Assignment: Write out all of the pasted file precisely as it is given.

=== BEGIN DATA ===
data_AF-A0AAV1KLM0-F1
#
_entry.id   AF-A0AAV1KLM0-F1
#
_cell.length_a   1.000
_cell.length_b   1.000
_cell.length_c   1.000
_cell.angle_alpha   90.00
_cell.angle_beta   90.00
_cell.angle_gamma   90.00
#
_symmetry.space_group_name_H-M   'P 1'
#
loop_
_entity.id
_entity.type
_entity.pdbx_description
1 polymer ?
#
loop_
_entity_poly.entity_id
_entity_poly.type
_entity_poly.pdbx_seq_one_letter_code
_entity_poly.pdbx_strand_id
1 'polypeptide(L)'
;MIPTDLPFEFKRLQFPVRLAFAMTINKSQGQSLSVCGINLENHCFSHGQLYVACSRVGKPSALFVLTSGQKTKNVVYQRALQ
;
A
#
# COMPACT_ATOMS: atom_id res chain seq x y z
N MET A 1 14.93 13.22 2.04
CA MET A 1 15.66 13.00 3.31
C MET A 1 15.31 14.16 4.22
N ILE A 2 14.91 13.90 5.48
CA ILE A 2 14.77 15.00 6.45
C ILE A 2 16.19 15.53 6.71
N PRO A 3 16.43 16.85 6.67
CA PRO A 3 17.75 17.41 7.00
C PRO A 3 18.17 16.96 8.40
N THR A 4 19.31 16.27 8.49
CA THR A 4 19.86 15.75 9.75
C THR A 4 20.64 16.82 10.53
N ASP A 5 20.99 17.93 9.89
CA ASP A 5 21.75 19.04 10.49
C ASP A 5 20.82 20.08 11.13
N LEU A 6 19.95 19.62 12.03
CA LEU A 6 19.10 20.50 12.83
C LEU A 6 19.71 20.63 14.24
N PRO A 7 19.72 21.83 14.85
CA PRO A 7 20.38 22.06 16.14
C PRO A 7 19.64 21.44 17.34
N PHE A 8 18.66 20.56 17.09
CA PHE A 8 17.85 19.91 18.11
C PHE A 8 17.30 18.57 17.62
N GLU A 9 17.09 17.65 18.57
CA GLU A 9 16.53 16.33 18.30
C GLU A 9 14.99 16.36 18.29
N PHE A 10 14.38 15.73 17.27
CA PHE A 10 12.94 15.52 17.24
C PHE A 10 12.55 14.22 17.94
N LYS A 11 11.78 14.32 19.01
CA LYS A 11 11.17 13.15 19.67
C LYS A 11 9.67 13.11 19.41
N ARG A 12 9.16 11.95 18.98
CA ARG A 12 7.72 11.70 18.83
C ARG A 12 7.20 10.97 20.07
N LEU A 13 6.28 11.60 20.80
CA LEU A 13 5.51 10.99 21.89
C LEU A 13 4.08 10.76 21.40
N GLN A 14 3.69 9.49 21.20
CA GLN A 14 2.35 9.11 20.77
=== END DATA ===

data_AF-A0AAV1KLM0-F1
#
_entry.id   AF-A0AAV1KLM0-F1
#
_cell.length_a   1.000
_cell.length_b   1.000
_cell.length_c   1.000
_cell.angle_alpha   90.00
_cell.angle_beta   90.00
_cell.angle_gamma   90.00
#
_symmetry.space_group_name_H-M   'P 1'
#
loop_
_entity.id
_entity.type
_entity.pdbx_description
1 polymer ?
#
loop_
_entity_poly.entity_id
_entity_poly.type
_entity_poly.pdbx_seq_one_letter_code
_entity_poly.pdbx_strand_id
1 'polypeptide(L)'
;MIPTDLPFEFKRLQFPVRLAFAMTINKSQGQSLSVCGINLENHCFSHGQLYVACSRVGKPSALFVLTSGQKTKNVVYQRALQ
;
A
#
# COMPACT_ATOMS: atom_id res chain seq x y z
N MET A 1 14.93 13.22 2.04
CA MET A 1 15.66 13.00 3.31
C MET A 1 15.31 14.16 4.22
N ILE A 2 14.91 13.90 5.48
CA ILE A 2 14.77 15.00 6.45
C ILE A 2 16.19 15.53 6.71
N PRO A 3 16.43 16.85 6.67
CA PRO A 3 17.75 17.41 7.00
C PRO A 3 18.17 16.96 8.40
N THR A 4 19.31 16.27 8.49
CA THR A 4 19.86 15.75 9.75
C THR A 4 20.64 16.82 10.53
N ASP A 5 20.99 17.93 9.89
CA ASP A 5 21.75 19.04 10.49
C ASP A 5 20.82 20.08 11.13
N LEU A 6 19.95 19.62 12.03
CA LEU A 6 19.10 20.50 12.83
C LEU A 6 19.71 20.63 14.24
N PRO A 7 19.72 21.83 14.85
CA PRO A 7 20.38 22.06 16.14
C PRO A 7 19.64 21.44 17.34
N PHE A 8 18.66 20.56 17.09
CA PHE A 8 17.85 19.91 18.11
C PHE A 8 17.30 18.57 17.62
N GLU A 9 17.09 17.65 18.57
CA GLU A 9 16.53 16.33 18.30
C GLU A 9 14.99 16.36 18.29
N PHE A 10 14.38 15.73 17.27
CA PHE A 10 12.94 15.52 17.24
C PHE A 10 12.55 14.22 17.94
N LYS A 11 11.78 14.32 19.01
CA LYS A 11 11.17 13.15 19.67
C LYS A 11 9.67 13.11 19.41
N ARG A 12 9.16 11.95 18.98
CA ARG A 12 7.72 11.70 18.83
C ARG A 12 7.20 10.97 20.07
N LEU A 13 6.28 11.60 20.80
CA LEU A 13 5.51 10.99 21.89
C LEU A 13 4.08 10.76 21.40
N GLN A 14 3.69 9.49 21.20
CA GLN A 14 2.35 9.11 20.77